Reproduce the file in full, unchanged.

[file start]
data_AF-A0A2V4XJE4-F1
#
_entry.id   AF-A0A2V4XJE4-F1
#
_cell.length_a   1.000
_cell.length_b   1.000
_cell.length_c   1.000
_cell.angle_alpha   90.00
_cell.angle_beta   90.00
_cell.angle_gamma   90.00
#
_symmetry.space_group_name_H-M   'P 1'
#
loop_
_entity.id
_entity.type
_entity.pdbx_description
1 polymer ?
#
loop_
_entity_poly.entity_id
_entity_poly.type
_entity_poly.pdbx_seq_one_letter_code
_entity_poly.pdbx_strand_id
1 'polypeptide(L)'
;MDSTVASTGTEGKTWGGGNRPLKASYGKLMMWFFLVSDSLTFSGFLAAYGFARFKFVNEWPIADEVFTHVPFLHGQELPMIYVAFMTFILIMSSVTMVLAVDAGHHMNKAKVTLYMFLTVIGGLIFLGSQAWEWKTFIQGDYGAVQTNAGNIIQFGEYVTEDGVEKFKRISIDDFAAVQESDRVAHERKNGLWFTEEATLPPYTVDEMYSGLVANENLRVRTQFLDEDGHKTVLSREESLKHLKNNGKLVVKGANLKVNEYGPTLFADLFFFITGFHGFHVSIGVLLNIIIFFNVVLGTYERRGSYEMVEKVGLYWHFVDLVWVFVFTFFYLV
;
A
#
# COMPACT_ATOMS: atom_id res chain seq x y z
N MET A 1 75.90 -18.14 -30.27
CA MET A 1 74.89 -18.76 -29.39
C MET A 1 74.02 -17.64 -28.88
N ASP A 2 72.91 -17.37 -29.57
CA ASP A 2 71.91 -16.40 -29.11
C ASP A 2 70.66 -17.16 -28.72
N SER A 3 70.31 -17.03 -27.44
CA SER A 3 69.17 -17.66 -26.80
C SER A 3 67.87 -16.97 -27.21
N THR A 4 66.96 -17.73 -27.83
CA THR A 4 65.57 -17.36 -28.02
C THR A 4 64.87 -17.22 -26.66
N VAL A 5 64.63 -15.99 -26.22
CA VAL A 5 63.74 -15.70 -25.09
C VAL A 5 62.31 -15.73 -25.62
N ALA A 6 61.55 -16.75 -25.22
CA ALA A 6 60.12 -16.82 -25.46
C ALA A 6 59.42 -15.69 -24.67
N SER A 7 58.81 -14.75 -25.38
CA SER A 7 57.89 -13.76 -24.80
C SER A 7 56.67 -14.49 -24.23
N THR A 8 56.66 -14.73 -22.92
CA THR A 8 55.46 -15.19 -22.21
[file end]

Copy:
data_AF-A0A2V4XJE4-F1
#
_entry.id   AF-A0A2V4XJE4-F1
#
_cell.length_a   1.000
_cell.length_b   1.000
_cell.length_c   1.000
_cell.angle_alpha   90.00
_cell.angle_beta   90.00
_cell.angle_gamma   90.00
#
_symmetry.space_group_name_H-M   'P 1'
#
loop_
_entity.id
_entity.type
_entity.pdbx_description
1 polymer ?
#
loop_
_entity_poly.entity_id
_entity_poly.type
_entity_poly.pdbx_seq_one_letter_code
_entity_poly.pdbx_strand_id
1 'polypeptide(L)'
;MDSTVASTGTEGKTWGGGNRPLKASYGKLMMWFFLVSDSLTFSGFLAAYGFARFKFVNEWPIADEVFTHVPFLHGQELPMIYVAFMTFILIMSSVTMVLAVDAGHHMNKAKVTLYMFLTVIGGLIFLGSQAWEWKTFIQGDYGAVQTNAGNIIQFGEYVTEDGVEKFKRISIDDFAAVQESDRVAHERKNGLWFTEEATLPPYTVDEMYSGLVANENLRVRTQFLDEDGHKTVLSREESLKHLKNNGKLVVKGANLKVNEYGPTLFADLFFFITGFHGFHVSIGVLLNIIIFFNVVLGTYERRGSYEMVEKVGLYWHFVDLVWVFVFTFFYLV
;
A
#
# COMPACT_ATOMS: atom_id res chain seq x y z
N MET A 1 75.90 -18.14 -30.27
CA MET A 1 74.89 -18.76 -29.39
C MET A 1 74.02 -17.64 -28.88
N ASP A 2 72.91 -17.37 -29.57
CA ASP A 2 71.91 -16.40 -29.11
C ASP A 2 70.66 -17.16 -28.72
N SER A 3 70.31 -17.03 -27.44
CA SER A 3 69.17 -17.66 -26.80
C SER A 3 67.87 -16.97 -27.21
N THR A 4 66.96 -17.73 -27.83
CA THR A 4 65.57 -17.36 -28.02
C THR A 4 64.87 -17.22 -26.66
N VAL A 5 64.63 -15.99 -26.22
CA VAL A 5 63.74 -15.70 -25.09
C VAL A 5 62.31 -15.73 -25.62
N ALA A 6 61.55 -16.75 -25.22
CA ALA A 6 60.12 -16.82 -25.46
C ALA A 6 59.42 -15.69 -24.67
N SER A 7 58.81 -14.75 -25.38
CA SER A 7 57.89 -13.76 -24.80
C SER A 7 56.67 -14.49 -24.23
N THR A 8 56.66 -14.73 -22.92
CA THR A 8 55.46 -15.19 -22.21